Wednesday, August 13, 2008

Anchors Aweigh

Here's a little sea story for you. Pictures, and text, of how I sometimes spend my vacation time. I hope you enjoy the side trip.

This is me in 1973:

(U.S.S. Dehaven, Long Beach CA)

This is a later version of me just a few years ago:
(U.S.S. Laffey, Mount Pleasant, SC)

I'm off for a few days, taking a trip up to Buffalo New York to participate in a working field day aboard the Navy destroyer, USS The Sullivans (DD-537) which is now a museum ship.

The "Sully"

I used to do this every year as a member of the destroyer veterans organization; TinCan Sailors.

(me, waving from the back row)

Most people are unaware of the fact that the third largest fleet (currently) in the world, is the historic fleet, that is, ships of all nations (mostly U.S.) that are preserved as museum ships.

I've been helping out as a field day participant since 1996, first aboard the Gearing class destroyer, U.S.S. Joseph P. Kennedy (DD-850) in Fall River Mass.

It was a real deja vu weekend, walking the passageways of a ship that was utterly identical to my second ship (back when I was in the Navy) the U.S.S. Higbee (DD-806). It was both a little weird and a lot of fun.

Closer to home (when I lived in Michigan) was the U.S.S. LST 393.

This amphibious ship was part of the Normandy invasion and then in civilian life was converted over to a Great Lakes car-carrier. I think the 393 is still undergoing a very long process to return to WWII livery as a museum ship in Muskegon Michigan.

Here I am doing overhead work in the well-deck of the 393...
and chipping paint on the pilot house door:

I've also helped out on the U.S.S. Laffey (DD-724) in Mt. Pleasant South Carolina...

the sister-ship and spittin' image of my first ship the U.S.S. Dehaven (DD-727). I did two field day weekends aboard the Laffey and made the acquaintance of one of the finest guys I've ever known, retired senior chief petty officer Vic Fletcher, who has since gone to his celestial reward.

Vic was the Chief engineer at Patriot's Point just outside of Charleston. He was responsible for the upkeep of, among other things, a Coast Guard cutter, a submarine. a destroyer, and an aircraft carrier; all museum ships. He was really outstanding at what he did. As a crew boss he worked his volunteers really hard, and then fed them really well. You never found yourself with nothing to do for want of instructions or tools. Vic really knew how to maximize the efforts of his volunteers.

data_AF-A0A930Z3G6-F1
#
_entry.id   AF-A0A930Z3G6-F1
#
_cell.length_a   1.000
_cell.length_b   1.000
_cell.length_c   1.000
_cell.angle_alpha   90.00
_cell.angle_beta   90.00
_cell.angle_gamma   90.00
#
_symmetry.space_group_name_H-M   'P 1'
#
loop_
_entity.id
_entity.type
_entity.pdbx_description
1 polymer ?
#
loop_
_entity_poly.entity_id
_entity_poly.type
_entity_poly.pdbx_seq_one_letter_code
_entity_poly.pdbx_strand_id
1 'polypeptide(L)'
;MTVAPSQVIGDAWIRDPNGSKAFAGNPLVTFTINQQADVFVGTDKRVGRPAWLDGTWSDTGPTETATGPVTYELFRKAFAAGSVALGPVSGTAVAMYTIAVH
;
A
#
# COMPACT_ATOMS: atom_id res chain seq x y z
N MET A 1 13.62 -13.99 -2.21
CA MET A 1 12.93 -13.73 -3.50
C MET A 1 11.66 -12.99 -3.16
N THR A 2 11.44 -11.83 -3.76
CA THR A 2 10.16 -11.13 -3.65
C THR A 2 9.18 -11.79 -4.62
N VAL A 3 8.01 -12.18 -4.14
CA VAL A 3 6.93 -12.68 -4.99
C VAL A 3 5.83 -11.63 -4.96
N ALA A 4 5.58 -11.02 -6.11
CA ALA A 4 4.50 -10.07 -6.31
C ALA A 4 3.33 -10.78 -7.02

That's Vic in the center of this jolly group, Jim Sehey (bottom left) is a National Park Service Volunteer at Cowpens (I think). Vic actually served aboard the Laffey when they both were on active duty.

Here's my favorite shot of Vic as I was leaving the Laffey. Vic is on a bollard, what he referred to as his "favorite seat".

This is the last time I saw one of the nicest guys I ever knew.

Aside from the endless sea-stories, catfish fries, adult beverage consumption, and general fun, an enormous amount of preservation work occurs during these working field days. Imagine yourself the curator of an historic vessel and every year thirty guys show up with pickup trucks full of tools, materials, and often spare parts (don't ask) to spend three intensive days chipping, painting, welding, patching, splicing, calibrating, and generally putting your ship right. Its like getting a major grant! When the weekend is over the shipmates return to their far-flung homes and the ship is always in much better material condition than it was prior to that whirl-wind of elbow grease.

Check out the before and after shots of this interior bulkhead. This is the "veggie locker", part of the galley on the Sullivans. Rust and rot were having their way with this space:

Three days later it looked shipyard new, This is typical of the sweat and attention to detail that these veterans apply to the task:

Yes, there's some clowning around by the occasional doofus(that's the battleship Massachusetts in the background, also a museum ship). But everybody else works very, very hard. That's Retired Chief Boatswains Mate, Ron Black (below) making a splice.

Its a real treat to call a guy like this "shipmate" even if only for one weekend a year.

I always really enjoyed these events. It felt great to be doing something so worthwhile, alongside such a great bunch of guys, on these remarkable steel veterans of so many oceans.

However, I've taken the past four years off as I redirected my life. other things, including relocating to Maryland and starting a whole new life and career intervened. And that life has been very, very good.

But now, I've got a hankerin' to get back aboard for a weekend of work and bullshooting with other former destroyermen.

Here is part one of a YouTube I produced on the subject. This, as well as part two , will give you a really good idea of what these events are all about. I hope you enjoy watching them as much as I enjoyed making them.

I'll post my next helmet entry Monday (Aug 25)

Until then I leave you with this:

That's beard used to be much darker than my helmet...must be the camera.

(former radioman) Mannie

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